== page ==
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  • Organic carbon and nitrogen and bulk nitrogen isotope data and metal abundance data for siltstones and shales of the Mesoproterozoic Diabaig Formation. For a detailed description and interpretation, see Stüeken, E.E. and Prave, A.R., 2022. Diagenetic nutrient supplies to the Proterozoic biosphere archived in divergent nitrogen isotopic ratios between kerogen and silicate minerals. Geobiology.

  • The BGS digital estimated urban soil chemistry data (GB_EstimatedUrbanSoilChemistry_v3) indicates the estimated geometric mean concentrations (mg kg-1) of Arsenic (As), Cadmium (Cd), Chromium (Cr), Nickel (Ni) and Lead (Pb) in topsoil derived by spatial interpolation of the point source urban soil chemistry data. The information is relevant for the first stage of any assessment of risks to human health required by regulatory authorities in relation to land use and also assessing ecological risks. Estimated topsoil PHE (Potentially Harmful Element) concentrations above respective SGVs (Soil Guideline Value) do not necessarily imply a significant health risk but they do highlight the need to consider whether or not there may be a risk. Comparison of this spatially referenced geochemical data set with information on current or historic land use and geological information might help environmental professionals decide whether high PHE concentrations in topsoils can be attributed to geogenic or anthropogenic sources. The dataset is based on, and limited to, an interpretation of the records in the possession of the BGS at the time the dataset was created. An indication of high estimated PHE concentrations in soil does not necessarily mean that an individual site will have a high PHE concentration. Topsoil concentrations in urban areas are frequently characterised by strong spatial variation over short distances so this data should be interpreted and used with caution. The original urban topsoil samples were collected and analysed as part of the BGS Geochemical Baseline Survey of the Environment (G-BASE) project.

  • This is a dataset of environmental data, percentage vegetation cover, total invertebrate abundance, and mean invertebrate body mass, sampled at 96 soil habitat patches in the Hengill geothermal valley, Iceland, in July 2013. The habitat patches span a temperature gradient of 7-38 degrees C, yet they occur within 2 km of each other and have similar soil moisture, pH, total carbon, and total nitrogen. Effects of soil temperature on the structure and diversity of plant and invertebrate communities using this dataset are presented in Robinson et al. (2018), published in the Journal of Animal Ecology. Full details about this dataset can be found at https://doi.org/10.5285/0f074839-1630-4ccd-aa63-84d0da16b28a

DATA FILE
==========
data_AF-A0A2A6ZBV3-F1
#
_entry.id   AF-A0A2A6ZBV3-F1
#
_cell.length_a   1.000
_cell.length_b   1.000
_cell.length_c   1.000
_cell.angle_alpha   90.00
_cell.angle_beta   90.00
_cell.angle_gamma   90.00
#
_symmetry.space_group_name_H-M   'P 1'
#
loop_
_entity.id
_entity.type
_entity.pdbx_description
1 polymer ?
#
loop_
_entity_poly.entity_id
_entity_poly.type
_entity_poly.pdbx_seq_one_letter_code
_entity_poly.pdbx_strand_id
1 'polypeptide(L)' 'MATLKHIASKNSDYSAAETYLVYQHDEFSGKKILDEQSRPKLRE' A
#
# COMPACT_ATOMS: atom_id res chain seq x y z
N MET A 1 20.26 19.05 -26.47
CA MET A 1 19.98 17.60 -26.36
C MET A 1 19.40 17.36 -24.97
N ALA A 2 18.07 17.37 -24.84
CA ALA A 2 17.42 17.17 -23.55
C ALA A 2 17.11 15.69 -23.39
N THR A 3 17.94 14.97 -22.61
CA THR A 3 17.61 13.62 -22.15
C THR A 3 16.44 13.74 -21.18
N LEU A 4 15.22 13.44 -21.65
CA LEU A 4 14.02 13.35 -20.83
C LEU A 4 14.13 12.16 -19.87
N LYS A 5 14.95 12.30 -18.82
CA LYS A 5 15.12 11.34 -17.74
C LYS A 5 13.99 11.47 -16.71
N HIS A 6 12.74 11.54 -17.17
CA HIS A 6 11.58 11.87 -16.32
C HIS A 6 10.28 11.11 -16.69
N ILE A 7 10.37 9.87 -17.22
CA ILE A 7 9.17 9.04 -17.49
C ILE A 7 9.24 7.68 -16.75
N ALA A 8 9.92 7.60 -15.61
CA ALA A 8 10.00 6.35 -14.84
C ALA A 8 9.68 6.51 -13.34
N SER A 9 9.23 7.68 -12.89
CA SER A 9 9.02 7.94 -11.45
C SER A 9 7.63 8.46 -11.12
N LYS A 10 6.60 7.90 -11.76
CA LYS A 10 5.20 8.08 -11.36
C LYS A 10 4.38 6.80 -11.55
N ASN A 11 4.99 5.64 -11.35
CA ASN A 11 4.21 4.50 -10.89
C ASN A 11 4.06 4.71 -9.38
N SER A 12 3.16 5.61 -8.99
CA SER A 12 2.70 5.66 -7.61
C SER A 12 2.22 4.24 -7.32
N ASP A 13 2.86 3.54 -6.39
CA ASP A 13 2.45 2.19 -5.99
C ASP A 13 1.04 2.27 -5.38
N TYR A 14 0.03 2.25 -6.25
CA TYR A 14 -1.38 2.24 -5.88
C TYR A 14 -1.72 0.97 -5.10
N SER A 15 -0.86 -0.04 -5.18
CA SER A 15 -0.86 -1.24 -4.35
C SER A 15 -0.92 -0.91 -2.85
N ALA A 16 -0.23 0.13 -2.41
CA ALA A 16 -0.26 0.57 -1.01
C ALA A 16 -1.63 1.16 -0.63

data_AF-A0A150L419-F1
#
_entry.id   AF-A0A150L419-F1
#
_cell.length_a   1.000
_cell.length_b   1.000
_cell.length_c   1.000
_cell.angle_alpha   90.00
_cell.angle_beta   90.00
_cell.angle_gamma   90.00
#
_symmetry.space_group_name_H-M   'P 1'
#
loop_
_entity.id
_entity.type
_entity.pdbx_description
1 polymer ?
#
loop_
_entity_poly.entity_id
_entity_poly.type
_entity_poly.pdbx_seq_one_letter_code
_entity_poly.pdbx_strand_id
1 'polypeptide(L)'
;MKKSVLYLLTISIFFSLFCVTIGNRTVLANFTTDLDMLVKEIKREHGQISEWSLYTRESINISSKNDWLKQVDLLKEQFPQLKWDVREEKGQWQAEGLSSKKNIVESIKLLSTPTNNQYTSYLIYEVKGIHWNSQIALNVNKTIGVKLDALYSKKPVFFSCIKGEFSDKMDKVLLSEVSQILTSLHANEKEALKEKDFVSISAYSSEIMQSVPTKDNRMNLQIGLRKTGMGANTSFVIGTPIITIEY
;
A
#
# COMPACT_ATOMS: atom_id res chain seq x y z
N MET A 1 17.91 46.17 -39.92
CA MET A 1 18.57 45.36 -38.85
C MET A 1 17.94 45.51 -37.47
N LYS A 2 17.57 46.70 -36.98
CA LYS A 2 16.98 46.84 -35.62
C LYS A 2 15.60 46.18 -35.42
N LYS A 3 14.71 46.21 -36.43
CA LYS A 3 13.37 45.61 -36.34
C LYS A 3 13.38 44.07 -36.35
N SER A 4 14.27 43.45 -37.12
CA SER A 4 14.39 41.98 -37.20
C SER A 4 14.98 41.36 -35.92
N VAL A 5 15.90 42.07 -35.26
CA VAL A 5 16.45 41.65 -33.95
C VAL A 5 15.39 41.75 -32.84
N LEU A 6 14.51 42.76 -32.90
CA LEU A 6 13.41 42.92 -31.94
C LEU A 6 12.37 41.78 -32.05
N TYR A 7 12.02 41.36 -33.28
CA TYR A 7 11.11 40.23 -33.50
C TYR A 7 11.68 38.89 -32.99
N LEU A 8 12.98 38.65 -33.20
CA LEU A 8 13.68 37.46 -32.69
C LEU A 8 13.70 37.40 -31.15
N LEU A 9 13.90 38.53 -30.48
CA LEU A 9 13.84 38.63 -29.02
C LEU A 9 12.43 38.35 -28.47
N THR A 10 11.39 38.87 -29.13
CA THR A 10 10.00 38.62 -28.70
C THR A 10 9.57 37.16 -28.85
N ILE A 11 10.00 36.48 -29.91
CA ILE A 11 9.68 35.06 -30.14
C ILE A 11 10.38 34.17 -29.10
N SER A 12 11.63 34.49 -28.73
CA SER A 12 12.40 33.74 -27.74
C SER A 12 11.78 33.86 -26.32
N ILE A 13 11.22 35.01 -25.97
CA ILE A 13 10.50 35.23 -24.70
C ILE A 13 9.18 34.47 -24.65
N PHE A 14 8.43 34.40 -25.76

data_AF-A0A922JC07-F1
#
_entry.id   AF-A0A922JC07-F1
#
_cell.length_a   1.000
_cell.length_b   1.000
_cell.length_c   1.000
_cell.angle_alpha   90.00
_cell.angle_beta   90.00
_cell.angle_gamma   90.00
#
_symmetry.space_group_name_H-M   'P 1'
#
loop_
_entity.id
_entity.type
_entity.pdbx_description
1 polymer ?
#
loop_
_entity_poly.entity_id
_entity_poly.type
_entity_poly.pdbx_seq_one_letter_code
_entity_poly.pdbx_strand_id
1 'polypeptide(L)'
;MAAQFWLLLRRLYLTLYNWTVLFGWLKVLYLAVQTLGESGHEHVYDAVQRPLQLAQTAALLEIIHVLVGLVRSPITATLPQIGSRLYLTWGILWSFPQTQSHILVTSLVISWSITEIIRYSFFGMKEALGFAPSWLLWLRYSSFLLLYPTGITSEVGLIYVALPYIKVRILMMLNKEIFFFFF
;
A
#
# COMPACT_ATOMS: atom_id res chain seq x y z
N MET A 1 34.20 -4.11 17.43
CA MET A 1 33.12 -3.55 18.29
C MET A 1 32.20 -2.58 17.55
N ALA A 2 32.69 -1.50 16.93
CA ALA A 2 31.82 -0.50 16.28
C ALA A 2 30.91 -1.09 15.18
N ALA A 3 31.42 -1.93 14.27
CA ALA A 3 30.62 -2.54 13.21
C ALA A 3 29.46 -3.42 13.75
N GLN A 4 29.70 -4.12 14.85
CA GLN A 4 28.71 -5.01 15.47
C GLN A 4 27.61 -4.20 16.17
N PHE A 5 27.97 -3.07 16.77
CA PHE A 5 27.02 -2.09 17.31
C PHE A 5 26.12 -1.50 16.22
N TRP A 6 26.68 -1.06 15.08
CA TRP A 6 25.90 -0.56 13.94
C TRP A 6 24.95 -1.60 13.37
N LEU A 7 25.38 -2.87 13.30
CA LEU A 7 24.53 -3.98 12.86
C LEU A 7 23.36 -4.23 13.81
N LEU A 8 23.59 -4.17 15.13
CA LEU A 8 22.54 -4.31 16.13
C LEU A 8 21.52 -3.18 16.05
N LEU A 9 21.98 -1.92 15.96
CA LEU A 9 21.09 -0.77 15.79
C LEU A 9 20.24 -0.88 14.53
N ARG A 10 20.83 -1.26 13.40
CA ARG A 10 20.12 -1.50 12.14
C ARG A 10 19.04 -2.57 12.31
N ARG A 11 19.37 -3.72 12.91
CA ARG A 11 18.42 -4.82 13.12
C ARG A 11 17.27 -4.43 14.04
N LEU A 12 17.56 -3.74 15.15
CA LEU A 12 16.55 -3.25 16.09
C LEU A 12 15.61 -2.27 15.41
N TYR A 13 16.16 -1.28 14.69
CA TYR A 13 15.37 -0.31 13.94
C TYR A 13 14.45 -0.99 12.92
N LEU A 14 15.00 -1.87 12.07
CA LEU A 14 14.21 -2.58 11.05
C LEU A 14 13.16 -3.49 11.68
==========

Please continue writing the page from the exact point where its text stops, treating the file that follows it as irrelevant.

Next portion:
• The data are from a suite of friction experiments performed on simulated fault gouges comprised of clay-quartz mixtures, sheared in a direct-shear arrangement. Some experiments were performed on gouge layers comprised of adjacent patches of kaolinite-clay and quartz (i.e. heterogeneous gouge layers), whereas others were performed on homogeneous mixtures of the two materials (i.e. homogeneous gouge layers). More information on the different types of experiment is provided in the accompanying metadata for this dataset. The relative proportions of clay and quartz were varied in different experiments. All experiments were performed at an effective normal stress of 40 MPa. The sliding velocity was stepped between 0.3 and 3 microns/s every 1 mm of displacement to calculated the rate-and-state friction parameter (a-b). The evolution of shear stress was monitored with increasing displacement (up to a maximum displacement of 8.5 mm).

  • Subsurface 3D geological models of aquifer and seal rock systems from two contrasting analogue sites have been created as the first step in an investigation into methodologies for geological storage of carbon dioxide in saline aquifers. Development of the models illustrates the utility of an integrated approach using digital techniques and expert geological knowledge to further geological understanding. The models visualize a faulted, gently dipping Permo-Triassic succession in Lincolnshire and a complex faulted and folded Devono-Carboniferous succession in eastern Scotland. The Permo-Triassic is present in the Lincolnshire model to depths of -2 km OD, and includes the aquifers of the Sherwood Sandstone and Rotliegendes groups. Model-derived thickness maps test and refine Permian palaeogeography, such as the location of a carbonate reef and its associated seaward slope, and the identification of aeolian dunes. Analysis of borehole core samples established average 2D porosity values for the Rotliegendes (16%) and Sherwood Sandstone (20%) groups, and the Zechstein (5%) and Mercia Mudstone (<10%) groups, which are favourable for aquifer and seal units respectively. Core sample analysis has revealed a complex but wellunderstood diagenetic history. Re-interpretation of newly reprocessed seismic data in eastern Scotland has significantly reduced interpretative uncertainty of aquifer and seal units at depths of up to -6 km OD in a complex faulted and folded Devonian-Carboniferous succession. Synthesis of diverse data in the 3D geological model defines a set of growth folds and faults indicative of active Visean to Westphalian dextral-strike slip, with no major changes in structural style throughout the Carboniferous, in contrast to some published tectonic models. Average 2D porosity values are 14-17% in aquifer units and <2% in the seal unit, with a ferroan dolomite cement occluding porosity at depth.